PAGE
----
“I would not be surprised to see inflation peak at around the current 8.5% level and begin rolling over in the latter part of the year.” – Ken Melotte, June 2022
There has been a lot of focus on inflation and interest rates lately, understandably. But I’m not sure how well people generally understand the mechanics of what’s happening, why, implications, etc… so figured I’d briefly address it.
The Federal Reserve (“The Fed”) controls/influences a couple critically important things: (1) the price of money and (2) the quantity of money. Continue reading “Inflation, Interest Rates, the Fed…What Does It All Mean?”
My wife, Michelle, and I had a great little weekend getaway this past weekend. I can’t tell you how many years it’s been since we took a weekend just for ourselves. Last thing I can think of was seven years ago for Michelle’s 30th birthday.
It came about because my wife planned a weekend for us at The American Club in Kohler, WI as a Christmas gift, which is not something I’d normally do. It was incredible. We ate and drank well, enjoyed the spa and the beautiful grounds and generally had a very relaxing, luxurious time together.
Most importantly, the trip gave us the opportunity to talk about our lives, our past, our future, and generally strengthen our connection (thank you, Mom, for coming from Indianapolis to watch our three kids and dog this weekend). Continue reading “Why is money important to you? What is it for?”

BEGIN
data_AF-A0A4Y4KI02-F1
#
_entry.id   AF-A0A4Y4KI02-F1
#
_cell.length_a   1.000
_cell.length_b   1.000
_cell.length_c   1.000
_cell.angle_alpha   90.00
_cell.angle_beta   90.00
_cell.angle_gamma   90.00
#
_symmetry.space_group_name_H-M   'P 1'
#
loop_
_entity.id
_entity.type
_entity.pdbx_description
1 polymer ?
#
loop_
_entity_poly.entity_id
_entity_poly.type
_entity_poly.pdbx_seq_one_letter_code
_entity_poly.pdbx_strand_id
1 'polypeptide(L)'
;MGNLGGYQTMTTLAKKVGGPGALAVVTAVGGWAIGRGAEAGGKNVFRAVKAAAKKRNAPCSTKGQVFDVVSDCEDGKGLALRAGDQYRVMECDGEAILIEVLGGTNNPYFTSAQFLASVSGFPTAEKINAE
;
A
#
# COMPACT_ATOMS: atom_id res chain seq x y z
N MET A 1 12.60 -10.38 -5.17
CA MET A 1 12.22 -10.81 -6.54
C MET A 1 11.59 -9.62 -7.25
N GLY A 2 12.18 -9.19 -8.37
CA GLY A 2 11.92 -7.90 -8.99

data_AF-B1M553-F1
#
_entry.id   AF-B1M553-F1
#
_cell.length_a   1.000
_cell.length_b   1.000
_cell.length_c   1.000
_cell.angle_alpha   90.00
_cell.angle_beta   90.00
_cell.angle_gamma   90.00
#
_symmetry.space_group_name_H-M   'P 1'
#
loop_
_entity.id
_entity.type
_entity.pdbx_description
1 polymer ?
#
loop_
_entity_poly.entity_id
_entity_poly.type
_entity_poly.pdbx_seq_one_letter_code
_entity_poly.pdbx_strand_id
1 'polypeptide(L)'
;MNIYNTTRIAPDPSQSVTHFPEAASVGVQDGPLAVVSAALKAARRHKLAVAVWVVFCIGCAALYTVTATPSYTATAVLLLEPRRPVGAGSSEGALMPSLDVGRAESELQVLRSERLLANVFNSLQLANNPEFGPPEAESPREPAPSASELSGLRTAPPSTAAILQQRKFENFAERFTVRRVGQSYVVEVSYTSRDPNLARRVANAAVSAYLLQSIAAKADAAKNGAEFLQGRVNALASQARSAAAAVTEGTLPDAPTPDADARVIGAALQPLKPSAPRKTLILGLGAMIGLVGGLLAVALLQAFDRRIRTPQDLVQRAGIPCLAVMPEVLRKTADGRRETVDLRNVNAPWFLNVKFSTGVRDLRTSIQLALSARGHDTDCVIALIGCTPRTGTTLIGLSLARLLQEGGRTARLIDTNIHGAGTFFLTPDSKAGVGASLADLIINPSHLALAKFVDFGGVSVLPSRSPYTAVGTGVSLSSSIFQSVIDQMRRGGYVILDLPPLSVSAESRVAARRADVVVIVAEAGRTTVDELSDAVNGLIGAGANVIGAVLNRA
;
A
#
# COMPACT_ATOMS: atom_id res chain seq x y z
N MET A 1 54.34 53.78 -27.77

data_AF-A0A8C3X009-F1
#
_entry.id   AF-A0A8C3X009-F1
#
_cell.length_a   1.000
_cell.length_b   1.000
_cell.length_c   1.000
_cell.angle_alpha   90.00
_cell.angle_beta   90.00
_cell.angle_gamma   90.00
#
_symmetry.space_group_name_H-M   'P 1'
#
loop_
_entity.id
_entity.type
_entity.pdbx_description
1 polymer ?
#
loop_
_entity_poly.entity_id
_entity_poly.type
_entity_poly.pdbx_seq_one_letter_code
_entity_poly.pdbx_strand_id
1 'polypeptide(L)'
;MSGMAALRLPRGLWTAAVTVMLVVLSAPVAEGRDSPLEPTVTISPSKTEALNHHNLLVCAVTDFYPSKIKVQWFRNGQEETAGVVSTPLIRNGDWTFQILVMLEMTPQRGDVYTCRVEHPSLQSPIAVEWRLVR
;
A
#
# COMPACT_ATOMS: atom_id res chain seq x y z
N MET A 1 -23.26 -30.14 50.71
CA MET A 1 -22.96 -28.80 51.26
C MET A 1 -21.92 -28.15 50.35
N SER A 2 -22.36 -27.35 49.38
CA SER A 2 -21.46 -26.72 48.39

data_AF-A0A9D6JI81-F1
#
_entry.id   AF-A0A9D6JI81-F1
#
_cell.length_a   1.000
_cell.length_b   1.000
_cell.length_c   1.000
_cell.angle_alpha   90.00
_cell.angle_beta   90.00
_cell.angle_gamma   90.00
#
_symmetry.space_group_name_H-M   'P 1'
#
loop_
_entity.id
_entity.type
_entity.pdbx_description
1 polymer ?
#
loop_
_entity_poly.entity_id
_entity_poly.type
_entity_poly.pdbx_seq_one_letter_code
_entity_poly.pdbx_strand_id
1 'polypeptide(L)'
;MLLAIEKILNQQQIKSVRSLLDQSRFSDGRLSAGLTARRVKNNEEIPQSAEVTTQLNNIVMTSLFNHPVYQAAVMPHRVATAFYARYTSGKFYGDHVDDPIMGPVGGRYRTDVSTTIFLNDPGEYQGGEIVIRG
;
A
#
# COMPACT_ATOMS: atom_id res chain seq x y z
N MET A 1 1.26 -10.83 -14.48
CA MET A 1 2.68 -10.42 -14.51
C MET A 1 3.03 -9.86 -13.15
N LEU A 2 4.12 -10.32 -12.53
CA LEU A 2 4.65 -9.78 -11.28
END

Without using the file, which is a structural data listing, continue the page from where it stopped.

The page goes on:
Diversification has very little to do with how many stocks, mutual funds and ETFs are in your portfolio. Rather, diversification is about the correlations between assets in your portfolio.
I’ve had prospects come in to our intro meeting with statements in hand. Those statements show a plethora of various funds, individual stocks and/or individual bonds…usually with relatively small dollar amounts allocated to each.
Because there are so many securities listed on the statement the potential client thinks the investment strategy provided by their current advisor (or that they’ve built themselves) is complex, sophisticated and diversified.
Most often, the strategy is not sophisticated or diversified but just unnecessarily complex, redundant, expensive and directionless. Continue reading “Brief Public Service Announcement: Common Misconception of Diversification”
In my recent commentary, I showed that if an investor couldn’t handle a 12% drawdown in stocks then they really have no business investing heavily in stocks at all since 12% is quite unremarkable and common for stocks. That was essentially scratching the surface of what I mean by emotional capacity for risk.
I also mentioned that we don’t often know our true risk tolerance until it is tested, which is why I also make sure to identify clients’ financial capacity for risk using stress tests within their financial projections.
So, I wanted to briefly provide a real-world example of this exercise. Continue reading “How Your Financial Plan Drives Investment Strategy”